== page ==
President Barack Obama's final State of the Union address was also his loosest. He knows he cannot win much from a Republican Congress amid a frenetic race to succeed him, and won't waste much energy trying.
Instead, the eighth-year chief directed his hour-long remarks to listeners with a longer time horizon — to future presidents and lawmakers and the voters who will elect them. His aim was shaping political argument beyond his own presidency.
"I want to focus on the next five years, 10 years, and beyond," he told his audience on television and in the House chamber Tuesday night. "So let's talk about the future, and four big questions that we as a country have to answer — regardless of who the next president is or who controls the next Congress."
He posed them this way: "First, how do we give everyone a fair shot at opportunity and security in this new economy? Second, how do we make technology work for us, and not against us — especially when it comes to solving urgent challenges like climate change? Third, how do we keep America safe and lead the world without becoming its policeman? And finally, how can we make our politics reflect what's best in us, and not what's worst?"
Those questions framed his ongoing disputes with Republicans as well as the arguments now playing out in Iowa, New Hampshire and elsewhere along the 2016 campaign trail. He began by claiming success in recovering from recession and financial crisis, citing a record-setting string of monthly private sector job growth and strong performance by the auto industry he acted to rescue.
"Anyone claiming that America's economy is in decline is peddling fiction," the president said. "What is true — and the reason that a lot of Americans feel anxious — is that the economy has been changing in profound ways, changes that started long before the Great Recession hit and haven't let up."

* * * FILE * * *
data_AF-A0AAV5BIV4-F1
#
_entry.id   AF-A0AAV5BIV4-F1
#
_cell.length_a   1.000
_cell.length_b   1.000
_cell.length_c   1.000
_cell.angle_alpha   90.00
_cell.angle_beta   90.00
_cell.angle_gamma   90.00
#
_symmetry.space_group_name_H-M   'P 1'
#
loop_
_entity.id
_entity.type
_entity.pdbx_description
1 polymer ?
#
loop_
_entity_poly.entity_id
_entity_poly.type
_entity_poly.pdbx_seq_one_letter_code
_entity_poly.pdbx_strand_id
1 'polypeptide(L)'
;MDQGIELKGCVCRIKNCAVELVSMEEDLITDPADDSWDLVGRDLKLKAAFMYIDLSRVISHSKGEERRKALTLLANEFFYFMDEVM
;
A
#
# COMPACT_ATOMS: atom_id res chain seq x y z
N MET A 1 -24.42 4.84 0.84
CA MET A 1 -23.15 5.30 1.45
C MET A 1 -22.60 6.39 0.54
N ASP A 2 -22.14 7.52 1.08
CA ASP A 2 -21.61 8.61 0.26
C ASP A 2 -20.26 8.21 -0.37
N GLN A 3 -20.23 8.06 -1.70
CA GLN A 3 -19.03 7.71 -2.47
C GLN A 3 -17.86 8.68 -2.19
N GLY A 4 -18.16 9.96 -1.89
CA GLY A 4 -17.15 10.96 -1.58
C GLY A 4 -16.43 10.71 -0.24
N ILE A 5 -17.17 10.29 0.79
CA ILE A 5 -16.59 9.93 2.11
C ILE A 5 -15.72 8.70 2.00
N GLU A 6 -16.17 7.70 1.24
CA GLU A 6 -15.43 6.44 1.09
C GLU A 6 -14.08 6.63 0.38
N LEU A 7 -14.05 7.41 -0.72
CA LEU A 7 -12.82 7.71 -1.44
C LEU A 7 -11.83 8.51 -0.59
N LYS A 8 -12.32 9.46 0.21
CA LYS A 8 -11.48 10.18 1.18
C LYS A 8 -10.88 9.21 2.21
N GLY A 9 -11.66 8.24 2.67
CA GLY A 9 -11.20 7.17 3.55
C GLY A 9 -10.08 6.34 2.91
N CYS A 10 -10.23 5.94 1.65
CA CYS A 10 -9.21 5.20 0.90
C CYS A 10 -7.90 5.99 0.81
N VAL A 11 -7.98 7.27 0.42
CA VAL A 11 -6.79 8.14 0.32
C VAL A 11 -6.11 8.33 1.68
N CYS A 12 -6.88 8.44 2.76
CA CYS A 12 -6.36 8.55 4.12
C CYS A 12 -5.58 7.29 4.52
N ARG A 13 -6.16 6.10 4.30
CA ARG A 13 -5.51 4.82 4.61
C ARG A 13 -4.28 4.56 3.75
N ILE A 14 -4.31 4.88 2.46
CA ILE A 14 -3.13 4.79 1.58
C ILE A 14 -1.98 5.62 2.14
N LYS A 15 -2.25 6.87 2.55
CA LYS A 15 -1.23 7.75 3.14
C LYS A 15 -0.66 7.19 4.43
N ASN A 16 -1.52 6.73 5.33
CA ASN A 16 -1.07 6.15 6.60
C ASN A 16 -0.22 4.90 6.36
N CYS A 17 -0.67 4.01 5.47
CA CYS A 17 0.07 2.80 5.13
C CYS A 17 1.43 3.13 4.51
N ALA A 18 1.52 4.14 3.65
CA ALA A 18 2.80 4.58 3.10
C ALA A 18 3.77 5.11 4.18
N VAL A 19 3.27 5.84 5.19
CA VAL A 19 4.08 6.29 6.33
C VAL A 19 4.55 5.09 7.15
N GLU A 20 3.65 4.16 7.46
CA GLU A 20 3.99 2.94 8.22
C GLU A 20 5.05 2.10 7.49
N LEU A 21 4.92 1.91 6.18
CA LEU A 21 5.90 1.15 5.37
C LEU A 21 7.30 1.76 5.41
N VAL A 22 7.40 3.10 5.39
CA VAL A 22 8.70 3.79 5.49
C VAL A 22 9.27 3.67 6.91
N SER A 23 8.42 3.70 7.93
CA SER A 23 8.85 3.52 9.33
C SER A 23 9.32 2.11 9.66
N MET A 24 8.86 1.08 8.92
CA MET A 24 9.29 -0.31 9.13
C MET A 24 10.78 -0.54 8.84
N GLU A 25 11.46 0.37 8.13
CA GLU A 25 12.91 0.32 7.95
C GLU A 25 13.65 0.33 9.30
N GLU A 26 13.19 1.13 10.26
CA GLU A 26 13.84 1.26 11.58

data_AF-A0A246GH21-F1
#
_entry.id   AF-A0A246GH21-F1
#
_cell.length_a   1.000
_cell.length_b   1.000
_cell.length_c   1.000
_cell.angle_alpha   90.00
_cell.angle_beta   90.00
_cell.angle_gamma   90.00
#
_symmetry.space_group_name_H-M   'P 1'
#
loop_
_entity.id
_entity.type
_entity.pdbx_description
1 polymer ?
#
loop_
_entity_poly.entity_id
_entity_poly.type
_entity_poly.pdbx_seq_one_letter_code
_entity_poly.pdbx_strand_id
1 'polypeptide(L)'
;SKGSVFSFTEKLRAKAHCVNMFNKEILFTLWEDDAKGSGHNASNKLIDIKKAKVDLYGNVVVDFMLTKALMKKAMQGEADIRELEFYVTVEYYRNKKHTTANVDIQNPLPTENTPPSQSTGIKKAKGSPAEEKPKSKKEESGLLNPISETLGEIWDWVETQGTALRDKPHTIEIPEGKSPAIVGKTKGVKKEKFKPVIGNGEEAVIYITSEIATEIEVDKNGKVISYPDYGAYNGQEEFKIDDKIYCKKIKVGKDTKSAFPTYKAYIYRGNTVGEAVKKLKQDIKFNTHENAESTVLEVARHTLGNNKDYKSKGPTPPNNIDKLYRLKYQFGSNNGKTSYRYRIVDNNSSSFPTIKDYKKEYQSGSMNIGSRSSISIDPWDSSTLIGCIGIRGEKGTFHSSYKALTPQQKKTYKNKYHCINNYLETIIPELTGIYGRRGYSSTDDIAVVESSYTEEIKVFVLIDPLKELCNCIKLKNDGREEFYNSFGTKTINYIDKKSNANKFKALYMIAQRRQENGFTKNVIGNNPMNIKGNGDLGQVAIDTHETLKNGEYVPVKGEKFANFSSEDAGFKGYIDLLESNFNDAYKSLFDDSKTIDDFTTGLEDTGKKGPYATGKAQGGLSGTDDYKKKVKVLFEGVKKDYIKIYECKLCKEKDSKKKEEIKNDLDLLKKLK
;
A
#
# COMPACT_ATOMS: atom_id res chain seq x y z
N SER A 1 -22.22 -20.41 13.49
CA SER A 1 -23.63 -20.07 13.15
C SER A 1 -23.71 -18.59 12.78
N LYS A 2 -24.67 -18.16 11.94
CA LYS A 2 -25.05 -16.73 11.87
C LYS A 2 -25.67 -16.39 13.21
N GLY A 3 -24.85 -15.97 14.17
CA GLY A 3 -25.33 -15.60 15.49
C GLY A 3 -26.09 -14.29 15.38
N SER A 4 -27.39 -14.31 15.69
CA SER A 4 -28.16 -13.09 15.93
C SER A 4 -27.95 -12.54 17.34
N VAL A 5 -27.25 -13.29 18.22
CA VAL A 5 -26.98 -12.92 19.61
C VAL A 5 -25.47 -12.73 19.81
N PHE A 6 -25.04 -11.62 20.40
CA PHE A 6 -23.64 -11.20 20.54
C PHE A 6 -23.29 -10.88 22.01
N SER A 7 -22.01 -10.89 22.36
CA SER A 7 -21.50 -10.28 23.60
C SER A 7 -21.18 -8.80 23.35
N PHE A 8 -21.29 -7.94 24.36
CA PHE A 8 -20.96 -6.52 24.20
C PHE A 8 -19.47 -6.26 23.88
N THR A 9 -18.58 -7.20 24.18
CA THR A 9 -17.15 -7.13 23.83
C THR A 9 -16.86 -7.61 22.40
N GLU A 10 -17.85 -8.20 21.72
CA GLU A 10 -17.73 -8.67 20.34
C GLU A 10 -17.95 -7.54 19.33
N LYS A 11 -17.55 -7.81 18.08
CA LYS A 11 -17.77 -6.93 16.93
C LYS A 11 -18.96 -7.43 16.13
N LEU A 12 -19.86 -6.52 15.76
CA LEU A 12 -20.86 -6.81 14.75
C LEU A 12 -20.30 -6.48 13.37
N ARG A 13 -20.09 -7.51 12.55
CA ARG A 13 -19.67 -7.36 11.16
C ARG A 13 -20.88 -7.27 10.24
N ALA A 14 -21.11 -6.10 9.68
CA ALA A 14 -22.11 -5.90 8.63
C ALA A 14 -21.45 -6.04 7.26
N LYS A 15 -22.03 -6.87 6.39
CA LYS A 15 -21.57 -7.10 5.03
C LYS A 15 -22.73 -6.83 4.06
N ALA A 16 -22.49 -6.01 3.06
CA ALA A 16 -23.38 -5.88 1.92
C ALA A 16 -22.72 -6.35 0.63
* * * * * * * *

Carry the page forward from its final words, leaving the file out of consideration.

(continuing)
He invoked his own remedies for that insecurity: higher minimum wages, improved education for the next generation of workers, stronger pensions, tougher regulation of corporations and a reformed tax system. And he strongly disputed candidates like Donald Trump who point toward illegal immigrants as the source of America's economic woes.
"Food-stamp recipients didn't cause the financial crisis; recklessness on Wall Street did," Obama said. "Immigrants aren't the principal reason wages haven't gone up enough; those decisions are made in the boardrooms that too often put quarterly earnings over long-term returns. It's sure not the average family watching tonight that avoids paying taxes through offshore accounts."
Those assertions refer to some of the fiercest economic, social and political issues that continue to divide Republicans and Democrats. Obama expressed regret for not having had more success bridging those divides in this era of political polarization.
But he offered words of conciliation for the new House Speaker Paul Ryan, a conservative Republican who shares his own penchant for policy debates. If he has no hope of bridging the ideological gap between them on the biggest disputes, Obama cited the compromise they struck on budget issues late last year as hope they can do more business in his final year — perhaps through bipartisan congressional approval of the Trans-Pacific Partnership trade deal and reform of the criminal justice system
"Mr. Speaker, I appreciate the constructive approach you and the other leaders took at the end of last year to pass a budget and make tax cuts permanent for working families," Obama said with Ryan and Vice President Joe Biden sitting behind him. "So I hope we can work together this year on bipartisan priorities.
"Who knows?" the president concluded. "We just might surprise the cynics again."